James and Work-Based Learning: A Case Study in Accommodating a Student who is Deaf

Date Updated


My name is James and I am deaf. I use American Sign Language (ASL) as my primary means of communication. With aided hearing and lip-reading, I can communicate fairly well one-on-one, as long as I can see the person's face and lips clearly. I am currently involved in a computer technician internship with a company that provides on-site computer repair, service and set-up.

Access Issues

We have bi-weekly staff meetings with a large group of people. Communication in a large group is difficult for me. Additionally, my job requires me to be out in the field a good portion of my day and in frequent contact with the office regarding customer needs. As I cannot use a basic telephone or cell phone, I need communication alternatives that enable me to perform my job duties.


My supervisor made sure that a sign language interpreter was scheduled for all regular staff meetings. If an impromptu meeting was held and an interpreter was not available, my supervisor met with me afterwards to go over important details of the meeting. A follow up e-mail to me, as well, was also provided.

My employer obtained two pieces of assistive technology to help me communicate with the office while out in the field. The local deaf and hard-of-hearing community center was helpful in guiding us to an assistive technology store for people with hearing loss. One device I use now is an interactive e-mail pager. It is not much bigger than the size of a regular pager and it includes a small, but full keyboard. It allows me to receive e-mail, TTY (text telephone device), and voice-to-text messages from my office. I can also send e-mail, text-to-speech messages, and faxes.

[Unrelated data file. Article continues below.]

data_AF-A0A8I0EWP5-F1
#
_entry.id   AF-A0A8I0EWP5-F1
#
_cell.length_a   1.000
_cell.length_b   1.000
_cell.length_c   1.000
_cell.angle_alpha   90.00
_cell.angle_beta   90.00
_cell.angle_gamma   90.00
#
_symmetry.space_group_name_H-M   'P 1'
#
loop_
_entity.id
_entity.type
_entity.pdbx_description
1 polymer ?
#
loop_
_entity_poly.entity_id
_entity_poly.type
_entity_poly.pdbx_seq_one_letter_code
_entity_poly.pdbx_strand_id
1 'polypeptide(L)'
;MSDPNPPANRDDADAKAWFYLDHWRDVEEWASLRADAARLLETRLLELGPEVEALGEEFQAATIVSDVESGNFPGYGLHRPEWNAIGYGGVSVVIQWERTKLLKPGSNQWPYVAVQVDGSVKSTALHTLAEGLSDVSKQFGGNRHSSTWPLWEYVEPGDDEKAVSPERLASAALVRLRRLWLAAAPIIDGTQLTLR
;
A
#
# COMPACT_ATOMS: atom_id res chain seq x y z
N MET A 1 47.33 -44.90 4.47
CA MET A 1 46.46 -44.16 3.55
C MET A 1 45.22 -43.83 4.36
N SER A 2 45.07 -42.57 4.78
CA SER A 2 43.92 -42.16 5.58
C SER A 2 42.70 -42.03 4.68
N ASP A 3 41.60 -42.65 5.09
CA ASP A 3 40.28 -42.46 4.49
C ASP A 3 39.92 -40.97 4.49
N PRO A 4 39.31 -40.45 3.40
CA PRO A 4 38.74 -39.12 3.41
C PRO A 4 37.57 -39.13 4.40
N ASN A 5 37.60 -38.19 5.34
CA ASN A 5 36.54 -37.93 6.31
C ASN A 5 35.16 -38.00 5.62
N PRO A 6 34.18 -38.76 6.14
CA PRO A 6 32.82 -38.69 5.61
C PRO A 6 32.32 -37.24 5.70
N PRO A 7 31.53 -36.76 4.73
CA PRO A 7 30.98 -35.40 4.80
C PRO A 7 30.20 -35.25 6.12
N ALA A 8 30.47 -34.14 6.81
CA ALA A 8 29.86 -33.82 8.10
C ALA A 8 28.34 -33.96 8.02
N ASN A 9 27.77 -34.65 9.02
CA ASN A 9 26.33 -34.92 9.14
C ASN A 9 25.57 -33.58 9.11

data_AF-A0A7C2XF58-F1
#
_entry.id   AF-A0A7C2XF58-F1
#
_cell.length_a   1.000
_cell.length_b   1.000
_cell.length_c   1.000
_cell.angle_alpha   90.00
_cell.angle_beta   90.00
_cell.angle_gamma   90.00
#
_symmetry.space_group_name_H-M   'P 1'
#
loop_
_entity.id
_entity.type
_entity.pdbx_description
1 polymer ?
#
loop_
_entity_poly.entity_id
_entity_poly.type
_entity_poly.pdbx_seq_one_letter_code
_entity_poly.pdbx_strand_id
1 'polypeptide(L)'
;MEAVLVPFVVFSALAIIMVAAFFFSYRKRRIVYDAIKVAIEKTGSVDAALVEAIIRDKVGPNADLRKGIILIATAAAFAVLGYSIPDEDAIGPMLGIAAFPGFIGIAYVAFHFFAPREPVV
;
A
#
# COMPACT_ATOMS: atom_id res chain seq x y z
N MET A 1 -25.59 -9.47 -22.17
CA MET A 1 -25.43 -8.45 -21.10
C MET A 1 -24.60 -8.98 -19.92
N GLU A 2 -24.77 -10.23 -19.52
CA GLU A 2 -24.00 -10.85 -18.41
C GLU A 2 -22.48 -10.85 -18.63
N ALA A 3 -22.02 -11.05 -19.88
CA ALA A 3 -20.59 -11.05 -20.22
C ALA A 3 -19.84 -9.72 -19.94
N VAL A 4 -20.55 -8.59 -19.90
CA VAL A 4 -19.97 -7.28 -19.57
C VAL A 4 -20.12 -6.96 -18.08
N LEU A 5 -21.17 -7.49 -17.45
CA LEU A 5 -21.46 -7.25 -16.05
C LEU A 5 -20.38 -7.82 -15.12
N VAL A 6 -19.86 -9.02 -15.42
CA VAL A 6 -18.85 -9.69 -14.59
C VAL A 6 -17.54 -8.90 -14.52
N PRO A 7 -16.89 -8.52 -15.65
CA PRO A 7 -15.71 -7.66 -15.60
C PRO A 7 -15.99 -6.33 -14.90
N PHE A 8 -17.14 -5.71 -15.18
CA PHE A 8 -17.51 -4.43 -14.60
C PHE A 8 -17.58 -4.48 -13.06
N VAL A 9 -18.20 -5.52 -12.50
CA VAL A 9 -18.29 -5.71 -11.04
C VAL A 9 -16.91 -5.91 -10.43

I also carry a portable TTY in case I need to contact customers directly. I use the Telecommunications Relay Service (TRS, an operator assisted phone call), which enables me to communicate with customers who do not have a TTY. For the convenience of my customers, we also included my pager number and the TTY relay number on my business cards.


This case study illustrates that:

  1. Some assistive technology is small, convenient, and relatively inexpensive.
  2. Several assistive technology devices and accommodations may make it possible for someone with a disability to perform required job duties.
  3. With appropriate strategies and accommodations in place, communication with a person who is deaf does not have to be a difficult and frustrating experience.
  4. TTY devices and TRS services allow individuals who are deaf to communicate with those who use standard telephone technology.